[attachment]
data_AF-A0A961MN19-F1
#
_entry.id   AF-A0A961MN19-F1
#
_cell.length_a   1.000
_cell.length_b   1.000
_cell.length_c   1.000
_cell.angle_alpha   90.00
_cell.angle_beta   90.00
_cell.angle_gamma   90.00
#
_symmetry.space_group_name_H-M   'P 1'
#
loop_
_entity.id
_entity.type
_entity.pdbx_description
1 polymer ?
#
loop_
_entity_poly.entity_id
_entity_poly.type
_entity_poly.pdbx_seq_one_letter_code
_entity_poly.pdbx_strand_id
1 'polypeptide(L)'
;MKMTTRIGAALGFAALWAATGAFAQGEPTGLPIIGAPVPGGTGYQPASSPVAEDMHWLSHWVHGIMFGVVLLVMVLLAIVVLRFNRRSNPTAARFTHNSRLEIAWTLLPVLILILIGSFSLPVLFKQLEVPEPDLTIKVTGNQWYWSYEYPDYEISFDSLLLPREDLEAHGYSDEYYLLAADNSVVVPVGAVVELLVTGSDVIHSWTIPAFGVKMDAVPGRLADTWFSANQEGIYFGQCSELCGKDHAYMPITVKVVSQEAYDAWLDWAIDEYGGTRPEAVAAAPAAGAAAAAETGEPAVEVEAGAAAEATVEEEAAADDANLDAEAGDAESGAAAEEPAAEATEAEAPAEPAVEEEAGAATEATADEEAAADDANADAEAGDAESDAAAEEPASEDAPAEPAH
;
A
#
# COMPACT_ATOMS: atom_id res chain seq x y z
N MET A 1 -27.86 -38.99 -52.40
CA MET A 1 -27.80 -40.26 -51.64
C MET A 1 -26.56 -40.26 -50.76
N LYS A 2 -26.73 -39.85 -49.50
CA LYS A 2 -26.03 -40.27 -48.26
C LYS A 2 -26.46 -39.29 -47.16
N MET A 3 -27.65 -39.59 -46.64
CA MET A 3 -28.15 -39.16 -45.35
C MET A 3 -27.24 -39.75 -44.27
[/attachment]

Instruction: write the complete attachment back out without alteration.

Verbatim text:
data_AF-A0A961MN19-F1
#
_entry.id   AF-A0A961MN19-F1
#
_cell.length_a   1.000
_cell.length_b   1.000
_cell.length_c   1.000
_cell.angle_alpha   90.00
_cell.angle_beta   90.00
_cell.angle_gamma   90.00
#
_symmetry.space_group_name_H-M   'P 1'
#
loop_
_entity.id
_entity.type
_entity.pdbx_description
1 polymer ?
#
loop_
_entity_poly.entity_id
_entity_poly.type
_entity_poly.pdbx_seq_one_letter_code
_entity_poly.pdbx_strand_id
1 'polypeptide(L)'
;MKMTTRIGAALGFAALWAATGAFAQGEPTGLPIIGAPVPGGTGYQPASSPVAEDMHWLSHWVHGIMFGVVLLVMVLLAIVVLRFNRRSNPTAARFTHNSRLEIAWTLLPVLILILIGSFSLPVLFKQLEVPEPDLTIKVTGNQWYWSYEYPDYEISFDSLLLPREDLEAHGYSDEYYLLAADNSVVVPVGAVVELLVTGSDVIHSWTIPAFGVKMDAVPGRLADTWFSANQEGIYFGQCSELCGKDHAYMPITVKVVSQEAYDAWLDWAIDEYGGTRPEAVAAAPAAGAAAAAETGEPAVEVEAGAAAEATVEEEAAADDANLDAEAGDAESGAAAEEPAAEATEAEAPAEPAVEEEAGAATEATADEEAAADDANADAEAGDAESDAAAEEPASEDAPAEPAH
;
A
#
# COMPACT_ATOMS: atom_id res chain seq x y z
N MET A 1 -27.86 -38.99 -52.40
CA MET A 1 -27.80 -40.26 -51.64
C MET A 1 -26.56 -40.26 -50.76
N LYS A 2 -26.73 -39.85 -49.50
CA LYS A 2 -26.03 -40.27 -48.26
C LYS A 2 -26.46 -39.29 -47.16
N MET A 3 -27.65 -39.59 -46.64
CA MET A 3 -28.15 -39.16 -45.35
C MET A 3 -27.24 -39.75 -44.27